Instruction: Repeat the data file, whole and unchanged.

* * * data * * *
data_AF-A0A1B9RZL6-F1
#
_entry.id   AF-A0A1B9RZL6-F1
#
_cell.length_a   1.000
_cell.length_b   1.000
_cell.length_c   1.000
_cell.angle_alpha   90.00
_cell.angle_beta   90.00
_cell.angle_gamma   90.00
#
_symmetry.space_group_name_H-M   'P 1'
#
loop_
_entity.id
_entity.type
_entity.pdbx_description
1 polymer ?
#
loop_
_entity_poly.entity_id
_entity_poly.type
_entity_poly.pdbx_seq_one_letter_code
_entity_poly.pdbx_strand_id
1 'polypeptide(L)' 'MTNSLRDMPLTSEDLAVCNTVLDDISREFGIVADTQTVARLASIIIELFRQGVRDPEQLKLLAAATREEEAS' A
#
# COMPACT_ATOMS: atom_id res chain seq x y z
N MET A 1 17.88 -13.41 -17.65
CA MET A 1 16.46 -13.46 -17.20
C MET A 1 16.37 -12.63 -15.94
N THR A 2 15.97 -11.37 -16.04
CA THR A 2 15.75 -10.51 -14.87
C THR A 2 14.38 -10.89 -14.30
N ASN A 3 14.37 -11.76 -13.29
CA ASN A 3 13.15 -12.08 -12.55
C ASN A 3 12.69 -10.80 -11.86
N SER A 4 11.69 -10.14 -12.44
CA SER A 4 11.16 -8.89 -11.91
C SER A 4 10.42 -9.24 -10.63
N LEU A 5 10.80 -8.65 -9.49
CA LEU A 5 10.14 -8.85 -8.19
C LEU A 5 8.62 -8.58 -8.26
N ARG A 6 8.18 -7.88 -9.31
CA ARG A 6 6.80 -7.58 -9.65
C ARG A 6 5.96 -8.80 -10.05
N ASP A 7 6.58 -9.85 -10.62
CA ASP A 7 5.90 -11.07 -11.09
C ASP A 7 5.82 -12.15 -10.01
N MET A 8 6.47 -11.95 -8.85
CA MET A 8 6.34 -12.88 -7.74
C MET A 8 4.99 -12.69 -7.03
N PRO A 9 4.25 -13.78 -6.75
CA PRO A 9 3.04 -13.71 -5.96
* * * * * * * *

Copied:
data_AF-A0A1B9RZL6-F1
#
_entry.id   AF-A0A1B9RZL6-F1
#
_cell.length_a   1.000
_cell.length_b   1.000
_cell.length_c   1.000
_cell.angle_alpha   90.00
_cell.angle_beta   90.00
_cell.angle_gamma   90.00
#
_symmetry.space_group_name_H-M   'P 1'
#
loop_
_entity.id
_entity.type
_entity.pdbx_description
1 polymer ?
#
loop_
_entity_poly.entity_id
_entity_poly.type
_entity_poly.pdbx_seq_one_letter_code
_entity_poly.pdbx_strand_id
1 'polypeptide(L)' 'MTNSLRDMPLTSEDLAVCNTVLDDISREFGIVADTQTVARLASIIIELFRQGVRDPEQLKLLAAATREEEAS' A
#
# COMPACT_ATOMS: atom_id res chain seq x y z
N MET A 1 17.88 -13.41 -17.65
CA MET A 1 16.46 -13.46 -17.20
C MET A 1 16.37 -12.63 -15.94
N THR A 2 15.97 -11.37 -16.04
CA THR A 2 15.75 -10.51 -14.87
C THR A 2 14.38 -10.89 -14.30
N ASN A 3 14.37 -11.76 -13.29
CA ASN A 3 13.15 -12.08 -12.55
C ASN A 3 12.69 -10.80 -11.86
N SER A 4 11.69 -10.14 -12.44
CA SER A 4 11.16 -8.89 -11.91
C SER A 4 10.42 -9.24 -10.63
N LEU A 5 10.80 -8.65 -9.49
CA LEU A 5 10.14 -8.85 -8.19
C LEU A 5 8.62 -8.58 -8.26
N ARG A 6 8.18 -7.88 -9.31
CA ARG A 6 6.80 -7.58 -9.65
C ARG A 6 5.96 -8.80 -10.05
N ASP A 7 6.58 -9.85 -10.62
CA ASP A 7 5.90 -11.07 -11.09
C ASP A 7 5.82 -12.15 -10.01
N MET A 8 6.47 -11.95 -8.85
CA MET A 8 6.34 -12.88 -7.74
C MET A 8 4.99 -12.69 -7.03
N PRO A 9 4.25 -13.78 -6.75
CA PRO A 9 3.04 -13.71 -5.96